Google/Apple’s Contact Tracing Apps Susceptible to Digital Attacks

Since the start of the COVID-19 pandemic, scientists and health authorities have relied on contact tracing technologies to help manage the spread of the virus. Yet there is a major flaw in a framework that many of these mobile apps use – one that attackers could exploit to speed up false positive notifications.

Apps powered by the Google/Apple Exposure Notification Framework (GAEN) are widely available in many countries and run most efficiently in the background of your phone. But researchers at Ohio State University said they found these apps were susceptible to geo-replay attacks, which is when a third party captures contact tracing phone data broadcast by a user in an area and exploits them by repeatedly transmitting them to another area. remote location.

Replay attacks can be used to exploit electronic weaknesses to gain access to digital networks, cause adverse effects on mobile devices, or poison data sets with false information. Considering how much society relies on honest health data, misinformation can be particularly harmful in terms of tracking COVID-19, said study co-author Anish Arora, professor and chair of computer science and engineering at Ohio State.

“Hackers or nation-state actors could potentially take advantage of an honest user and replay their contact tracing data anywhere in the world,” Arora said.

For example, if someone in Columbus with COVID-19 were to have their contact tracing beacon data captured by a third party, their information could be transmitted to one or more other cities thousands of miles away and rebroadcast to others. near. If that person were to test positive for COVID-19, a person who actually had no contact with an infected person could be alerted.

This means attackers could essentially create digital superspreaders, launching a process that shares clusters of fake exposure beacons in different areas, Arora said.

“Because the framework works like a wireless protocol, anyone can inject some sort of false exposure, and those false encounters could disrupt public trust in the system,” he said.

Although an increase in false positive notifications would undermine the public good behind contact tracing apps, the co-author Zhiqiang LinProfessor of computer science and engineering at Ohio State, said it could also have cascading economic and social consequences, such as forcing people to miss work or cancel daily personal activities and long-planned vacations. That potential increases when testing is scarce or in economically disadvantaged countries that don’t have access to vaccines, added Lin, who has studied cybersecurity vulnerabilities in digital software for more than a decade.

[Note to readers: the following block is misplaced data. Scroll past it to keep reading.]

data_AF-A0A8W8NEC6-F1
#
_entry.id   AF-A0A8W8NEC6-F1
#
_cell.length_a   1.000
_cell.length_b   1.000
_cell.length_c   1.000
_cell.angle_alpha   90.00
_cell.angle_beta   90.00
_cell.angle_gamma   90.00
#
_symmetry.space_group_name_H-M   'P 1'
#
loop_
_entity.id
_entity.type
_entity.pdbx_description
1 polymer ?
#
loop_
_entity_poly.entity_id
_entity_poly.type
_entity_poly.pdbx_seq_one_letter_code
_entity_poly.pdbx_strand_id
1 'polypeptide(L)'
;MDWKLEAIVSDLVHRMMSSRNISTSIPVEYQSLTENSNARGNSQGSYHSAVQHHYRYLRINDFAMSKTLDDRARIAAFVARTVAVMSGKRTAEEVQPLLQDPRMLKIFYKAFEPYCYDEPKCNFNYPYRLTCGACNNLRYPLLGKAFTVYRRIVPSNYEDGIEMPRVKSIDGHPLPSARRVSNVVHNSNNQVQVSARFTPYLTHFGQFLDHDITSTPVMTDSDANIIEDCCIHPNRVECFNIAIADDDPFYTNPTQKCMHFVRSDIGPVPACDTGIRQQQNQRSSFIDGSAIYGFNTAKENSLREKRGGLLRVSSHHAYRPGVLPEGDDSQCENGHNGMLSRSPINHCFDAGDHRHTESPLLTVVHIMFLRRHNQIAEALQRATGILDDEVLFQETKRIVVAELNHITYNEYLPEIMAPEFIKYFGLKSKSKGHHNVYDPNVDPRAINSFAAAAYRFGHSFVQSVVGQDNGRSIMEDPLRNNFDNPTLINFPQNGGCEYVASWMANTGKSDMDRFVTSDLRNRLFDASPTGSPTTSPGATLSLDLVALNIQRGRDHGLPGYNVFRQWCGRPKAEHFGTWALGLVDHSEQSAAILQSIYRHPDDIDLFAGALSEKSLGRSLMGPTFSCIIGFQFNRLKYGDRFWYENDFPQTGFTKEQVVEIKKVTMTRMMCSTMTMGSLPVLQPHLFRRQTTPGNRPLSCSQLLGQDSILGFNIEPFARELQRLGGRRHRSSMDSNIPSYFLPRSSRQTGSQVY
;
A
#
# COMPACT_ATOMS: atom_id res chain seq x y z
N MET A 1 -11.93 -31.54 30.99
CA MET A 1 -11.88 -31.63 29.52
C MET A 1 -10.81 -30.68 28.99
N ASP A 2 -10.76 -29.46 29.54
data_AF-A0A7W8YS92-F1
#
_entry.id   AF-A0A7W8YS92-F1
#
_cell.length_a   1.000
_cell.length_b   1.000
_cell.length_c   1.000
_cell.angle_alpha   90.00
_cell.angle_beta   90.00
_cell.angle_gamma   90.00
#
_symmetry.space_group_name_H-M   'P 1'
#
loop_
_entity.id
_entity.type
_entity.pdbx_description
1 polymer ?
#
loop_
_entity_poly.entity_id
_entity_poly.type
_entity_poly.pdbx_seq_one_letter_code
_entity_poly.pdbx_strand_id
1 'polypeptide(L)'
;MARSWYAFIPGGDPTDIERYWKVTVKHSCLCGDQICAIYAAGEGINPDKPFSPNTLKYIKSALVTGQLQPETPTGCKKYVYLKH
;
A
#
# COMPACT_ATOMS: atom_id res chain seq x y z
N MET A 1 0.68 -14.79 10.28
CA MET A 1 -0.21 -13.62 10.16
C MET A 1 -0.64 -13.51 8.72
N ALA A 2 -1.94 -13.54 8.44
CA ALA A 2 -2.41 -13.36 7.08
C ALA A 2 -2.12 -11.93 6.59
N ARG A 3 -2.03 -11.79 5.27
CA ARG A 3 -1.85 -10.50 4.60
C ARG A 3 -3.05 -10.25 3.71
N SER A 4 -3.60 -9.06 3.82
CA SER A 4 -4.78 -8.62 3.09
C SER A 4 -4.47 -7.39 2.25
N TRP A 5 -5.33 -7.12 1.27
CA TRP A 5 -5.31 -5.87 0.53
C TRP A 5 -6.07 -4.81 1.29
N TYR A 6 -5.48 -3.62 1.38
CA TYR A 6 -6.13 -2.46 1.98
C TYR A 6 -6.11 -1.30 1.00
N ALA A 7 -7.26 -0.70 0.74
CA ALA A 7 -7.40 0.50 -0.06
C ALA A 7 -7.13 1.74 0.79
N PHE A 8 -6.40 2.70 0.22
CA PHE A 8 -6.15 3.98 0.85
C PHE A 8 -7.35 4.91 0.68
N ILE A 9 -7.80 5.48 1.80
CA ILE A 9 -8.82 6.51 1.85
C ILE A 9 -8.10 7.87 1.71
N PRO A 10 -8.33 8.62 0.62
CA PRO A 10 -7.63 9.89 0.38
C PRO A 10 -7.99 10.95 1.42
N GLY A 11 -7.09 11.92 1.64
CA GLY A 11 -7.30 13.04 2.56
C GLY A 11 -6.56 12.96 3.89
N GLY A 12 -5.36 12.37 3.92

Still, researchers were able to find a fix for this fatal flaw. “The hardest part was finding a workable solution that wouldn’t stop users from using the app,” Lin said.

The team came up with a prototype based on Google and Apple’s original framework, which they called GAEN+, pronounced “Gain Plus”. After implementing it on an Android device (the prototype is also easily portable to Apple devices), they ran the prototype through a series of experiments to test its defenses against malicious replay attacks. They concluded that compared to Google and Apple’s framework, GAEN+ was able to effectively prevent false positives while maintaining user privacy.

The team presented their solution July 12 at the annual meeting of Privacy Technologies Symposium (PETS) held this year in Sydney, Australia. Zhiqiang Lin

Lin said that while the team may not be the first to find the flaw in Google and Apple, they are currently the first team to prove to the wider digital community how it could be exploited. low-cost, distributed way. “Maybe they just thought it couldn’t have serious consequences,” he said. But overall, Lin describes their change to contact tracing protocol as “very minimal” for such a solid defense against potential attacks.

“Our enhancement preserves privacy,” Arora said. Instead of relying on precise GPS data like other proposed fixes, GAEN+ uses coarse location data from Wi-Fi hotspots and cell towers in a smart way that preserves the anonymity, he said.

The team received acknowledgments from Google for finding and fixing the weakness. To ensure that GAEN+ is publicly available, the team has put the patch source code on GitHub, a platform that hosts the code online.

“When future developers design similar protocols, we make sure they have the opportunity to consider our recommendations,” Arora said. “Both companies have produced a product that can do a lot of good in the world. We just want to make GAEN much harder to mine.

Other co-authors were Christopher Ellis and Haohuang Wen, both graduate students in computer science and engineering at Ohio State. This research was supported by the National Science Foundation.

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